In fairness, not all of these officials are responsible for the Iraq disaster, and simply having served in the Bush administration is not necessarily reason enough for someone to be written off. Still, it is remarkable that the taint of Iraq seems to have completely washed off anyone even associated with the war. In an alternate universe — one where advocating, promoting, and implementing disastrous wars might have consequences — having someone like Wolfowitz on your campaign advisory board would be seen as a political liability. But clearly Jeb views it as a way of boosting his credentials.

It’s as if Jimmy Carter had asked the architects of the war in Vietnam — Robert McNamara, Dean Rusk, or Walt Rostow — to be his foreign-policy advisors when he ran for president in 1976.

Then again, maybe this state of affairs isn’t so surprising. The rehabilitation of Bush-era foreign-policy advisors has been going on seemingly ever since W left office. Just this past September, House Republicans invited Cheney to speak to their caucus about Iraq the day before President Obama addressed the nation about confronting the Islamic State. Republicans apparently saw no irony in hosting the former vice president. Rep. Peter King (R-N.Y.) said, “Most of us think we did the right thing in Iraq.” And, after all, Cheney’s advice, said Rep. Thomas Massie (R-Ky.), wasn’t that controversial: It was “mainly to spend more money on the military.”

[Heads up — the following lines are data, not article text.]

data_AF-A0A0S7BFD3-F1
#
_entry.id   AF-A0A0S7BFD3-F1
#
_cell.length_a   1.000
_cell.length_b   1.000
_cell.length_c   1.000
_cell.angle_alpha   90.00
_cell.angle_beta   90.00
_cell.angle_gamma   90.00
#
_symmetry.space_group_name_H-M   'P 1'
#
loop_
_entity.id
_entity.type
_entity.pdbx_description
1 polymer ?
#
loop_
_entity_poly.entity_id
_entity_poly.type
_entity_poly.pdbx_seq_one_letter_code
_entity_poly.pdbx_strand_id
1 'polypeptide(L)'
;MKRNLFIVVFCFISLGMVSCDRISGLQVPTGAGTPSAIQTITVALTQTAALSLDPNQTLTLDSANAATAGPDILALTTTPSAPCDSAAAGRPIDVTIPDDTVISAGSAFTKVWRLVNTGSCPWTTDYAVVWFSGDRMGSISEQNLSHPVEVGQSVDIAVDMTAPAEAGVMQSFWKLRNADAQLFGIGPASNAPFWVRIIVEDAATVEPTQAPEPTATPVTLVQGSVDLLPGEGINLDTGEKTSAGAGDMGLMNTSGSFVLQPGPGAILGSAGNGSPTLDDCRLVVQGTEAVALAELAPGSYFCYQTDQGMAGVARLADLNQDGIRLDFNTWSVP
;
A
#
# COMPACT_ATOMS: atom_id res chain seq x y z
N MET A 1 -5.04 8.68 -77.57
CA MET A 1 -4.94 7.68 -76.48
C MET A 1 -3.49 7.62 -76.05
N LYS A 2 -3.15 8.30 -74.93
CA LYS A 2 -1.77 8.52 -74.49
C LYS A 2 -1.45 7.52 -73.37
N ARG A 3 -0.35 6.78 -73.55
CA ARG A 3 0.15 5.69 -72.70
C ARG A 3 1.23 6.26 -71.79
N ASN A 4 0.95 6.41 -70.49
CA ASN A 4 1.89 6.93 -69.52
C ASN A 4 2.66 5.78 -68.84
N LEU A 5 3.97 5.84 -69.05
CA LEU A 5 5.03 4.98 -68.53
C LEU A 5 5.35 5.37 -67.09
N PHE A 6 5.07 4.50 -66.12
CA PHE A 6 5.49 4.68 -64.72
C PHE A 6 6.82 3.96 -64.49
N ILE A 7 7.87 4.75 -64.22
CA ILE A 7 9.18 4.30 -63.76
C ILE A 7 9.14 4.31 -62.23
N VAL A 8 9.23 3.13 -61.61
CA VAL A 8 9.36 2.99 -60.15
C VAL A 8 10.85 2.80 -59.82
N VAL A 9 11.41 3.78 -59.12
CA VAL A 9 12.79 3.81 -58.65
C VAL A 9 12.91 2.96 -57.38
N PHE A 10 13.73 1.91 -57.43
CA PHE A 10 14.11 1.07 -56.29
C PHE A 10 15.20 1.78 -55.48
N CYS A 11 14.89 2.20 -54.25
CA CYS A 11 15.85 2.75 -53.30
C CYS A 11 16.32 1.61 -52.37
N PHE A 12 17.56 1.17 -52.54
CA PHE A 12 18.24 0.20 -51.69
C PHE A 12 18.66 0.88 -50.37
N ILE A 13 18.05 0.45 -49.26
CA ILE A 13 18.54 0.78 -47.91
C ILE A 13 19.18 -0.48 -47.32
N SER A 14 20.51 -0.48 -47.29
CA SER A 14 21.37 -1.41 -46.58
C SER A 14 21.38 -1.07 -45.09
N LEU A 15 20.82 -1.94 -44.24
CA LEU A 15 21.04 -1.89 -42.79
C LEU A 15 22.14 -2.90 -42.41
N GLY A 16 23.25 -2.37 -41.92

Of course, Cheney was also all over the Sunday talk shows this fall when the Senate Intelligence Committee released the so-called “torture report,” which detailed the brutal treatment of detainees in CIA prisons and black sites. If Cheney isn’t viewed as a political liability for Republicans, the party might as well dig up Wisconsin Sen. Joe McCarthy and trot his dead corpse around on the campaign trail in 2016.

The Republican Party’s brazenness in showing no shame for the mistakes made in Iraq is compounded by the fact that the Democrats, in part, have some of the same skeletons in their closet. It’s not going to be easy for Hillary Clinton to attack Jeb Bush for bringing in a bunch of Iraq War retreads, considering that she voted to authorize the war as a senator in 2002.

Putting aside the politics of the Iraq War, the very fact that there is no stigma associated with being the architect of a war that so badly undermined U.S. national security and squandered billions of dollars and thousands of lives is depressing evidence that few lessons have been learned from this disaster. It’s also a good recipe for ensuring that none will be. Indeed, many of the same Bush advisors who confidently predicted success in Iraq in 2003 are now lambasting Obama’s reliance on diplomacy and pushing for a militarized approach to dealing with Iran and Syria. What reason is there to believe that if they return to public service in another Bush administration they will take a different approach to foreign policy and national security?

If you want to know why bad decisions on foreign policy tend to get repeated, perhaps a good place to start is reliance on the same people who made those bad choices in the past to get it right the second time.

Photo credit: PAUL J. RICHARDS/AFP/Getty Images